Skip to main content

Tempus Fugit

I recently started reading what promises to be a very interesting book - "The Time Paradox" by Philip Zimbardo and John Boyd. It opens up quite unexpectedly with a story about Capuchin Crypt, a somewhat surreal place located under one of the churches in Rome. This is the kind of stuff one comes to expect from Dan Brown's novels (say, "The Da Vinci Code" or "Angels and Demons"), but much less so from the book, written by a psychology professor from Stanford and a research director for Yahoo!, that according to one review - "reveals how to better use your most irreplaceable resource [time], based on solid science and timeless wisdom".
Wikipedia - "The Capuchin Crypt is a small space comprising several tiny chapels located beneath the church of Santa Maria della Concezione dei Cappuccini on the Via Veneto near Piazza Barberini in Rome, Italy. It contains the skeletal remains of 4,000 bodies believed to be Capuchin friars buried by their order. The Catholic order insists that the display is not meant to be macabre, but a silent reminder of the swift passage of life on Earth."
I guess the message here is - "tempus fugit / time flies" (and not just when you are having fun!). A grim sight (though quite contemporary in its use of recycled materials) and a depressing message, as one of the inscriptions puts it - "Quello che voi siete noi eravamo, quello che noi siamo voi sarete / What you are we once were, what we are you will be." Smile! :)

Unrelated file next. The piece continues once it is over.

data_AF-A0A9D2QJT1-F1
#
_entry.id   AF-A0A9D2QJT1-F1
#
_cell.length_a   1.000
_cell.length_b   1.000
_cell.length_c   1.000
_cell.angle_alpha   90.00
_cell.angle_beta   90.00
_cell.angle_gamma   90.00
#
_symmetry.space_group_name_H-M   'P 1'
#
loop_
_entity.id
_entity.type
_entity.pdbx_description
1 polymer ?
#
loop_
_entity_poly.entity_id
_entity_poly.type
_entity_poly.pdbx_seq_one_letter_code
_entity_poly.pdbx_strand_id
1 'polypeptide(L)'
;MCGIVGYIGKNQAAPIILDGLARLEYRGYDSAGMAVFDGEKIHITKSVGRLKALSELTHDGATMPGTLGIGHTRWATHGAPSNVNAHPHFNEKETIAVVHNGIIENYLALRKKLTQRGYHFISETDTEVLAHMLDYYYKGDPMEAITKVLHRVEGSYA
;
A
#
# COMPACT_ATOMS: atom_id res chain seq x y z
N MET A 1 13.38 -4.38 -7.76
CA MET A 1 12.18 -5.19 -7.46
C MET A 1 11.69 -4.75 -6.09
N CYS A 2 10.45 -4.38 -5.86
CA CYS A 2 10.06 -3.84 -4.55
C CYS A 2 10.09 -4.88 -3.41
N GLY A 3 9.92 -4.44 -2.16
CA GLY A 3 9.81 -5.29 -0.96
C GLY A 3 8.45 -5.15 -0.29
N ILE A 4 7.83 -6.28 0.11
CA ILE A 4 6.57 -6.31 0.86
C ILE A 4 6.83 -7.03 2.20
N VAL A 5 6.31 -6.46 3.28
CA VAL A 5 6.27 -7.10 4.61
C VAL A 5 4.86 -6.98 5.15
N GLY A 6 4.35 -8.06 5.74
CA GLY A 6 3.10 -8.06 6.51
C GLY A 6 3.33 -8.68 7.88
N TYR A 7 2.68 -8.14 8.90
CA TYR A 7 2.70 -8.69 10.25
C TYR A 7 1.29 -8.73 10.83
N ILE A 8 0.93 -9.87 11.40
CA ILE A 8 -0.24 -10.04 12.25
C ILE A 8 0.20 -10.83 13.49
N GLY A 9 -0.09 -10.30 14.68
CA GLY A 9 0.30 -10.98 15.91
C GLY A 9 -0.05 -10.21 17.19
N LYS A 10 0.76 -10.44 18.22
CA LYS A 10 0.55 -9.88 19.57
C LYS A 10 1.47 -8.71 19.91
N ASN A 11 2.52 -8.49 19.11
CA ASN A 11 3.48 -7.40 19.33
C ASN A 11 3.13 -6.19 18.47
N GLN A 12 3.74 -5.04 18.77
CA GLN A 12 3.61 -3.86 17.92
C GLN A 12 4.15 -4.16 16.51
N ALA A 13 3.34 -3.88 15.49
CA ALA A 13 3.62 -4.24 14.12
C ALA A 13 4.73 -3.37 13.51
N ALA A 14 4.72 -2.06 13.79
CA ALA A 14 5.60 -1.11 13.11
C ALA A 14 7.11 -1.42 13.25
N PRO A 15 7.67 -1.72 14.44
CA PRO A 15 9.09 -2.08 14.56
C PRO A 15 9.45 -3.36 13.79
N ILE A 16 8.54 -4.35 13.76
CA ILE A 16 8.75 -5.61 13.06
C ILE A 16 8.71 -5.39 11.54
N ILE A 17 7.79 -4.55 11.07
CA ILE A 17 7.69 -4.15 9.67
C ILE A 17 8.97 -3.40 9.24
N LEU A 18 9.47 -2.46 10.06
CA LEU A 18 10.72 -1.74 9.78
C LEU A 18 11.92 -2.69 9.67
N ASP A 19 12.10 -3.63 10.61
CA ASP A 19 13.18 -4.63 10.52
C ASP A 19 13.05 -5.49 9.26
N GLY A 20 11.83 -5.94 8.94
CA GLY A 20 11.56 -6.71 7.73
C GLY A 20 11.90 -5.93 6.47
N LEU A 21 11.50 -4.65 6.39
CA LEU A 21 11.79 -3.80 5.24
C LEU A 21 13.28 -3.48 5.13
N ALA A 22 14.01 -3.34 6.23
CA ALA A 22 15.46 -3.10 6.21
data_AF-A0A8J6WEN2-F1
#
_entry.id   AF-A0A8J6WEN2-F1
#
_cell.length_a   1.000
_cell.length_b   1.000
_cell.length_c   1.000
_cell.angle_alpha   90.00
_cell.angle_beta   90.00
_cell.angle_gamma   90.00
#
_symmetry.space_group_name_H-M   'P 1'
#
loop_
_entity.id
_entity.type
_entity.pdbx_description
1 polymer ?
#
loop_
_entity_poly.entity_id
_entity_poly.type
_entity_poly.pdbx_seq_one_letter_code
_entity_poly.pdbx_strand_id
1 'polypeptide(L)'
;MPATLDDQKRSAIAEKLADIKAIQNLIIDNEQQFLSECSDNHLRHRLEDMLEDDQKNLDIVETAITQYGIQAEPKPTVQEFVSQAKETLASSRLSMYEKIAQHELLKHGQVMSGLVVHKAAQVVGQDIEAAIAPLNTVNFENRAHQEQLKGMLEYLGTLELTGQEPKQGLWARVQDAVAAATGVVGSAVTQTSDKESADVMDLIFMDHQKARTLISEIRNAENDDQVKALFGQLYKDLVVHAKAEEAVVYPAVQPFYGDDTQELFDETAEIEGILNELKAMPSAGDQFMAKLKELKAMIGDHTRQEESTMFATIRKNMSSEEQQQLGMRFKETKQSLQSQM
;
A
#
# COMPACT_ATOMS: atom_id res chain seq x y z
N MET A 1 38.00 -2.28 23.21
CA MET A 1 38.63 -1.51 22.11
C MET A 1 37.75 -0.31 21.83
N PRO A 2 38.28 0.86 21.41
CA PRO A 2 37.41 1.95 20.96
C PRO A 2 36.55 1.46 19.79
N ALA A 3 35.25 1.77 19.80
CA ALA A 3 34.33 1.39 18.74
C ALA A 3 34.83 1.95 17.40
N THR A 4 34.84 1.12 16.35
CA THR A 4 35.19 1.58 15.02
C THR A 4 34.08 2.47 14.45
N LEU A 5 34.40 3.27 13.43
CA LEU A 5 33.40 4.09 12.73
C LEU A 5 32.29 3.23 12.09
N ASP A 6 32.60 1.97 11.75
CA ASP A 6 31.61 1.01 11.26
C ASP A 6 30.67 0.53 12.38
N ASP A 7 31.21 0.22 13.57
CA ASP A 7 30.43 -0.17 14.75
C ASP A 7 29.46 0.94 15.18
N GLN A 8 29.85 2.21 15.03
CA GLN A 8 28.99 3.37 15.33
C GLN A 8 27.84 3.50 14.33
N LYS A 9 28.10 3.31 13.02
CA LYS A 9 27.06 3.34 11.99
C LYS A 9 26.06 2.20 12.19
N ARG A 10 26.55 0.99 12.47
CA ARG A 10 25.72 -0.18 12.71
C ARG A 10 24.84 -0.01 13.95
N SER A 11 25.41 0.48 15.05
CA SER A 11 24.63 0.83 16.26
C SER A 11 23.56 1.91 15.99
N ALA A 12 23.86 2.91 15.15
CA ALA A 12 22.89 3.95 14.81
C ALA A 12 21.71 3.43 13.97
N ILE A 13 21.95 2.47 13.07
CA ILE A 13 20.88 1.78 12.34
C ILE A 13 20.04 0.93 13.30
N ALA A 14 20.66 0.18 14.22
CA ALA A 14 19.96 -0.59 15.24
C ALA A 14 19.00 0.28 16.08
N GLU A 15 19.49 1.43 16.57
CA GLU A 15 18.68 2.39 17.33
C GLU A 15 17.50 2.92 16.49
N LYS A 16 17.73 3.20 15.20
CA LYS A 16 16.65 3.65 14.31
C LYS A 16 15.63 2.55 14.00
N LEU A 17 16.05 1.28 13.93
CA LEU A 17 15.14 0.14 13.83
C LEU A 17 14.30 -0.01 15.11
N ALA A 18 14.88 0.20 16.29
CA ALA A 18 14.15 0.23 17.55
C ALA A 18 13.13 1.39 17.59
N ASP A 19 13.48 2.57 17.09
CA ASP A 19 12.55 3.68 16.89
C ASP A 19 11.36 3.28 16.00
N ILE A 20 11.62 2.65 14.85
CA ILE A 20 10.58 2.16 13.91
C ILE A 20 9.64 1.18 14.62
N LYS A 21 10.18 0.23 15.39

Popular posts from this blog

С Днем Победы! Happy Victory Day!

С Днём Победы! (May 9, 2013)

There's really nothing else to say... (May 9, 2013)

I will go home tonight, have a drink, and remember my grandpa Meyer who was killed in action in a Battle of Kursk and my grandpa Andrey who fought all the way to Berlin. I will think of countless lives lost during WWIIand reflect on life, family, friends... and maybe have another drink... that's all...

The golden circle; modeling the brain, etc.

Psychobabble, mambo jumbo? - I don't know, but I found it to be very interesting and well presented:

My brain, my universe:

What Motivates Us?

Update (04/10/2013)Came across another interesting video on the same subject (thanks to Stanislav Glozman)

Original Post (12/13/2010)Very interesting video that I found via a reference in one of the Information Technology (IT) online publications that I read on a pretty much daily basis:

I liked many things about it - the format, in my opinion, is awesome; the presentation is dynamic; and, of course, the content is quite interesting. This "new theory of motivation" departs sharply from the established practice of monetary incentives and instead emphasizes the following three intrinsic human motivators:
AutonomyMasteryPurposeI have first discovered these ideas in the book called "Cognitive Surplus" by Clay Shirky. The format was not as animated, but the ideas about these intrinsic motivators (and how they sometimes can be canceled by an addition of a monetary incentive) were interesting nonetheless. The book was a good read, though I must admit I was more impressed wit…